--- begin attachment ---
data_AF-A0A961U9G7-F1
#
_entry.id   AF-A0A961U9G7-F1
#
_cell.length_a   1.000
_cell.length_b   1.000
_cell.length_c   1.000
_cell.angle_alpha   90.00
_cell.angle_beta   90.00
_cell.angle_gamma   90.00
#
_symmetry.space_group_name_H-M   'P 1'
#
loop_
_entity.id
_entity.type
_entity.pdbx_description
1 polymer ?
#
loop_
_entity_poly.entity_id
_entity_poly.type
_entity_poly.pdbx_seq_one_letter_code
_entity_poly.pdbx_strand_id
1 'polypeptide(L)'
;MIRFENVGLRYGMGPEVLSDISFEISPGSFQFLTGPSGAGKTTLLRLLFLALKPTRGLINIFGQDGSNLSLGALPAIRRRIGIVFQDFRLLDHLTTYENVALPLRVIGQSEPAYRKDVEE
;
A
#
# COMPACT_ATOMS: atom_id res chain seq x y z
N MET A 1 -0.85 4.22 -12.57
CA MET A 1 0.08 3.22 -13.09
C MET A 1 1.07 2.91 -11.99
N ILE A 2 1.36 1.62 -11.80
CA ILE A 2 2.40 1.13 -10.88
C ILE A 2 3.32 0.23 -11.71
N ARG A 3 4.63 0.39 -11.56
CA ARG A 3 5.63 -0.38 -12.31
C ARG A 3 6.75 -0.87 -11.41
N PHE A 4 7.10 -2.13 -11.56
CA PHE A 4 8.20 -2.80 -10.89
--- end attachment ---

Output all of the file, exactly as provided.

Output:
data_AF-A0A961U9G7-F1
#
_entry.id   AF-A0A961U9G7-F1
#
_cell.length_a   1.000
_cell.length_b   1.000
_cell.length_c   1.000
_cell.angle_alpha   90.00
_cell.angle_beta   90.00
_cell.angle_gamma   90.00
#
_symmetry.space_group_name_H-M   'P 1'
#
loop_
_entity.id
_entity.type
_entity.pdbx_description
1 polymer ?
#
loop_
_entity_poly.entity_id
_entity_poly.type
_entity_poly.pdbx_seq_one_letter_code
_entity_poly.pdbx_strand_id
1 'polypeptide(L)'
;MIRFENVGLRYGMGPEVLSDISFEISPGSFQFLTGPSGAGKTTLLRLLFLALKPTRGLINIFGQDGSNLSLGALPAIRRRIGIVFQDFRLLDHLTTYENVALPLRVIGQSEPAYRKDVEE
;
A
#
# COMPACT_ATOMS: atom_id res chain seq x y z
N MET A 1 -0.85 4.22 -12.57
CA MET A 1 0.08 3.22 -13.09
C MET A 1 1.07 2.91 -11.99
N ILE A 2 1.36 1.62 -11.80
CA ILE A 2 2.40 1.13 -10.88
C ILE A 2 3.32 0.23 -11.71
N ARG A 3 4.63 0.39 -11.56
CA ARG A 3 5.63 -0.38 -12.31
C ARG A 3 6.75 -0.87 -11.41
N PHE A 4 7.10 -2.13 -11.56
CA PHE A 4 8.20 -2.80 -10.89